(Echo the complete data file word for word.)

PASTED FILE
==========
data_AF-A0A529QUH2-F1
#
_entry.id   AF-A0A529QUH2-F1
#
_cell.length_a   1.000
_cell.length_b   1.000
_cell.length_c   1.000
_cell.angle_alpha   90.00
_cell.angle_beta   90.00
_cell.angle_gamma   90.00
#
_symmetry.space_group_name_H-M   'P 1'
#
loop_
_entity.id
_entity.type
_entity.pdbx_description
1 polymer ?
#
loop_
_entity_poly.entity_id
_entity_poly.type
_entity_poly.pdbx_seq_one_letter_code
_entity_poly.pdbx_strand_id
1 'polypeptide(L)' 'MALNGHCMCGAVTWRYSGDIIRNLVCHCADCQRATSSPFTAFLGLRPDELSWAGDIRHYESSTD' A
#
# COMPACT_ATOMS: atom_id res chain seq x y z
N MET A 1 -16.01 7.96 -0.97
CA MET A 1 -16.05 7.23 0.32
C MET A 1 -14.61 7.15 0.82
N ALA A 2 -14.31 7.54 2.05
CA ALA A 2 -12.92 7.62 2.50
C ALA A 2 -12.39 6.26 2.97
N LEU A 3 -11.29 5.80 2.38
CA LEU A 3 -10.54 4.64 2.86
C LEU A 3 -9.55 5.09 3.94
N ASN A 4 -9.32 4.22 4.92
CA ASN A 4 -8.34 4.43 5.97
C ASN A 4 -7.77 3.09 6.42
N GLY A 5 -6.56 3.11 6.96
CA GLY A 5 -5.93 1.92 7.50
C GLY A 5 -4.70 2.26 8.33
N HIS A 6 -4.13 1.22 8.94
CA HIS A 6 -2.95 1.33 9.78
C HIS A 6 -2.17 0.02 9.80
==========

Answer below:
data_AF-A0A529QUH2-F1
#
_entry.id   AF-A0A529QUH2-F1
#
_cell.length_a   1.000
_cell.length_b   1.000
_cell.length_c   1.000
_cell.angle_alpha   90.00
_cell.angle_beta   90.00
_cell.angle_gamma   90.00
#
_symmetry.space_group_name_H-M   'P 1'
#
loop_
_entity.id
_entity.type
_entity.pdbx_description
1 polymer ?
#
loop_
_entity_poly.entity_id
_entity_poly.type
_entity_poly.pdbx_seq_one_letter_code
_entity_poly.pdbx_strand_id
1 'polypeptide(L)' 'MALNGHCMCGAVTWRYSGDIIRNLVCHCADCQRATSSPFTAFLGLRPDELSWAGDIRHYESSTD' A
#
# COMPACT_ATOMS: atom_id res chain seq x y z
N MET A 1 -16.01 7.96 -0.97
CA MET A 1 -16.05 7.23 0.32
C MET A 1 -14.61 7.15 0.82
N ALA A 2 -14.31 7.54 2.05
CA ALA A 2 -12.92 7.62 2.50
C ALA A 2 -12.39 6.26 2.97
N LEU A 3 -11.29 5.80 2.38
CA LEU A 3 -10.54 4.64 2.86
C LEU A 3 -9.55 5.09 3.94
N ASN A 4 -9.32 4.22 4.92
CA ASN A 4 -8.34 4.43 5.97
C ASN A 4 -7.77 3.09 6.42
N GLY A 5 -6.56 3.11 6.96
CA GLY A 5 -5.93 1.92 7.50
C GLY A 5 -4.70 2.26 8.33
N HIS A 6 -4.13 1.22 8.94
CA HIS A 6 -2.95 1.33 9.78
C HIS A 6 -2.17 0.02 9.80